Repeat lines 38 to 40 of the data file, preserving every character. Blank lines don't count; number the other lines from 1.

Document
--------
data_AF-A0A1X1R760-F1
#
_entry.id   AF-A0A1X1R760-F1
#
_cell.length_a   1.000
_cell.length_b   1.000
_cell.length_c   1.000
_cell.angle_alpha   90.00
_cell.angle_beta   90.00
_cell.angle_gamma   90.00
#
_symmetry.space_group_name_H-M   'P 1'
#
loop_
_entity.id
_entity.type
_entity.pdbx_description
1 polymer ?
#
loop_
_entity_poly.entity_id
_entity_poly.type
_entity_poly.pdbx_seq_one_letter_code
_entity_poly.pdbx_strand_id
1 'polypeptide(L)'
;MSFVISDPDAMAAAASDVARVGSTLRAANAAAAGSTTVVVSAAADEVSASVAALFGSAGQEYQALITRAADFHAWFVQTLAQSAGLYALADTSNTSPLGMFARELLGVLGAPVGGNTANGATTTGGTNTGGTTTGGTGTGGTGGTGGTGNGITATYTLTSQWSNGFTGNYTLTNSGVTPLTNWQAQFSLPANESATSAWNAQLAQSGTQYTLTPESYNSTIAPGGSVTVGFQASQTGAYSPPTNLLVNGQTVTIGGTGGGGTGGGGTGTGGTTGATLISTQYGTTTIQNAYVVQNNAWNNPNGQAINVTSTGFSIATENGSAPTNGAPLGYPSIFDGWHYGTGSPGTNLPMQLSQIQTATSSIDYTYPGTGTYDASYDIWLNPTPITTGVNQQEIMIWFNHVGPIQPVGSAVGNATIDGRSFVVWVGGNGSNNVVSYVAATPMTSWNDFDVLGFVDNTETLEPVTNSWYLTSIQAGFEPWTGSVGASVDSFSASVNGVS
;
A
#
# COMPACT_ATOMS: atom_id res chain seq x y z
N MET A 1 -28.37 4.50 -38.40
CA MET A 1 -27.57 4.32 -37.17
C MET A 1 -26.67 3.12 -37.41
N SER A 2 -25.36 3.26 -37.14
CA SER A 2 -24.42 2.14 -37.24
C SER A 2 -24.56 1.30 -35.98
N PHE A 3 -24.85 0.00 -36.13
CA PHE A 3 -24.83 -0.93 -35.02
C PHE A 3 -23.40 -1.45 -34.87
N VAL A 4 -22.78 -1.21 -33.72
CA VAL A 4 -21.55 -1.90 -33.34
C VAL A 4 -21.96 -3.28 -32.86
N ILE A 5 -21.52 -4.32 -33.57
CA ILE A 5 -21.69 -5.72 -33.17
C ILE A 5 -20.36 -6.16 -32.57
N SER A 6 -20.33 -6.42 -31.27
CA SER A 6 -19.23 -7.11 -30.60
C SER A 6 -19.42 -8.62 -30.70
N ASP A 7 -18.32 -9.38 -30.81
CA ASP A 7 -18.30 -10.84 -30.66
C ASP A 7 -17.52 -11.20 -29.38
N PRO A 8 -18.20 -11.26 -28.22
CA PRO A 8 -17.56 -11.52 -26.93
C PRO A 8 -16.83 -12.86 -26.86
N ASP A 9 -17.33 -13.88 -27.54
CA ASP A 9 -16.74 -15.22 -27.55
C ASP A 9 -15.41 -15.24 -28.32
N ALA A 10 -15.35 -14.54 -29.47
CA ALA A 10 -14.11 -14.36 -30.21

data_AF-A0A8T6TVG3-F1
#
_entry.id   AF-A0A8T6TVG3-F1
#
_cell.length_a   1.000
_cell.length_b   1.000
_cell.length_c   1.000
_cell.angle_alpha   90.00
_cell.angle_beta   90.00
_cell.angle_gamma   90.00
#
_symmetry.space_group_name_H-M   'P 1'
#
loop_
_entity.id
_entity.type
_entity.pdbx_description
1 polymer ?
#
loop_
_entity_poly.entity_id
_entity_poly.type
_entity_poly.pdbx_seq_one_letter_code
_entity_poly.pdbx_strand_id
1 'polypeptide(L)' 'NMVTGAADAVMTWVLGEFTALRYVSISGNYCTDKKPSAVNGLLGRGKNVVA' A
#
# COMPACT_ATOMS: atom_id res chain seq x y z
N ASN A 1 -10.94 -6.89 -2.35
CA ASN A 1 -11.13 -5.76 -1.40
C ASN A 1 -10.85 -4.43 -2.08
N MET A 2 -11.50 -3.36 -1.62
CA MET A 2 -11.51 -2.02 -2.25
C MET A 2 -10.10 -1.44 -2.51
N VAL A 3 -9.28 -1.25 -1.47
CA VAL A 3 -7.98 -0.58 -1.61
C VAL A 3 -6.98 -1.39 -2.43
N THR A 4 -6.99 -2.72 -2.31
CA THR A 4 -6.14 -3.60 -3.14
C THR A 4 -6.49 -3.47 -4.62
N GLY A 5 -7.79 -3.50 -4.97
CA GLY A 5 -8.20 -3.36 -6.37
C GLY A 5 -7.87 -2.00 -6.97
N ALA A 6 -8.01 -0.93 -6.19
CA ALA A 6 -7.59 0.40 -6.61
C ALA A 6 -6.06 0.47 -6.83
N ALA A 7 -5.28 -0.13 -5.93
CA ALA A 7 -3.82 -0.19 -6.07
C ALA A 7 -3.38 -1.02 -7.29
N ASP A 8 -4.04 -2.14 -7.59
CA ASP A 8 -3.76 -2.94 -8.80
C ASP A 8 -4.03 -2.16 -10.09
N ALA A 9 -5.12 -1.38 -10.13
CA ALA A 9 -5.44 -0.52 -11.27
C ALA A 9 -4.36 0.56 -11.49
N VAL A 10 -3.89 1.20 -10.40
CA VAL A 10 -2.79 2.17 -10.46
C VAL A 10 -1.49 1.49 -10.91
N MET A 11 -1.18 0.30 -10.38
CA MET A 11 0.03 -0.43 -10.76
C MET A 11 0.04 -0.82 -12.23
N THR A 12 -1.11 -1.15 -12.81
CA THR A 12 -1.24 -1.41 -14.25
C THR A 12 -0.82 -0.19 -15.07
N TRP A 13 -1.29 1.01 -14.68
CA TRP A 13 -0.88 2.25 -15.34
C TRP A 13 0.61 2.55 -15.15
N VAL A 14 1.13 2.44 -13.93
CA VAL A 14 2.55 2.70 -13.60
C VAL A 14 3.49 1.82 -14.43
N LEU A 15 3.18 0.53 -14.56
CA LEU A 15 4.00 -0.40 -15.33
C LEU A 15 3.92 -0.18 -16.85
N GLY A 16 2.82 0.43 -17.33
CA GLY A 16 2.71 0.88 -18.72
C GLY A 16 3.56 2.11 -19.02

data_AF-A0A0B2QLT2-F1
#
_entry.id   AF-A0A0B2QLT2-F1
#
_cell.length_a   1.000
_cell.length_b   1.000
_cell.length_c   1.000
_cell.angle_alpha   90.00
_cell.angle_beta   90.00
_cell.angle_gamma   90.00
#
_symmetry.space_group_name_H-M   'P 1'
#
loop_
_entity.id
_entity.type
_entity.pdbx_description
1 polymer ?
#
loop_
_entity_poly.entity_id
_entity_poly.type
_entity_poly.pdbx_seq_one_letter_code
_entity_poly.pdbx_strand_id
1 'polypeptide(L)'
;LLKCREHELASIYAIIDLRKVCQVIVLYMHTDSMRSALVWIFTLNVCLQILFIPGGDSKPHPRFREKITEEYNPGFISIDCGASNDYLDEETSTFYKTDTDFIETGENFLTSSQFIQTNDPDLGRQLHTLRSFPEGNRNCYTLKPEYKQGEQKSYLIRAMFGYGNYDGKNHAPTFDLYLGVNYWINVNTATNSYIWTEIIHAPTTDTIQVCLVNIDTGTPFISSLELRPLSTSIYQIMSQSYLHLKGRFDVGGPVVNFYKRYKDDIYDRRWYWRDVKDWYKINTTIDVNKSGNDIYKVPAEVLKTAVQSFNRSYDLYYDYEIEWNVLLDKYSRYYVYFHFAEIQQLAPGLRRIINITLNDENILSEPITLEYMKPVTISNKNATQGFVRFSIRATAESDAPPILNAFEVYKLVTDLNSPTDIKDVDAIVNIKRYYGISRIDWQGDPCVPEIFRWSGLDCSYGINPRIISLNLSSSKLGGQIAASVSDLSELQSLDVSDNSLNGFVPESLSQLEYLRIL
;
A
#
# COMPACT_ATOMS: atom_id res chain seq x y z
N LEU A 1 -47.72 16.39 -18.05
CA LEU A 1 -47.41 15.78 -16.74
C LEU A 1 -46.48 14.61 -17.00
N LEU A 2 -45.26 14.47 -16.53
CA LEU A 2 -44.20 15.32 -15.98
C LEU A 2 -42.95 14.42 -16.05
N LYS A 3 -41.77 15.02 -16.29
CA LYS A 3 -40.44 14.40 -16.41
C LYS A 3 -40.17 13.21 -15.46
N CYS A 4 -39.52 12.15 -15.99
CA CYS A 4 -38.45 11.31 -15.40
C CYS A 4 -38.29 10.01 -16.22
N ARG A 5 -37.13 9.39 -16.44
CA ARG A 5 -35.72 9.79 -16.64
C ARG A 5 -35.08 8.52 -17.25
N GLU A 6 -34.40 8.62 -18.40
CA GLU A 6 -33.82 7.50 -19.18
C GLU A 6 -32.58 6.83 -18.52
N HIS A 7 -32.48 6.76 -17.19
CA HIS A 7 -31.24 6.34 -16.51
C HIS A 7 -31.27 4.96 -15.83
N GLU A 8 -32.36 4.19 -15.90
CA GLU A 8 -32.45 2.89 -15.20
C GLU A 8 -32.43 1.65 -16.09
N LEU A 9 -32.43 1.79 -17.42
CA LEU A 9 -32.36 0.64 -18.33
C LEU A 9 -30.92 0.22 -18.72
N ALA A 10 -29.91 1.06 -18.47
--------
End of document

CA PHE A 3 -24.83 -0.93 -35.02
C PHE A 3 -23.40 -1.45 -34.87
N VAL A 4 -22.78 -1.21 -33.72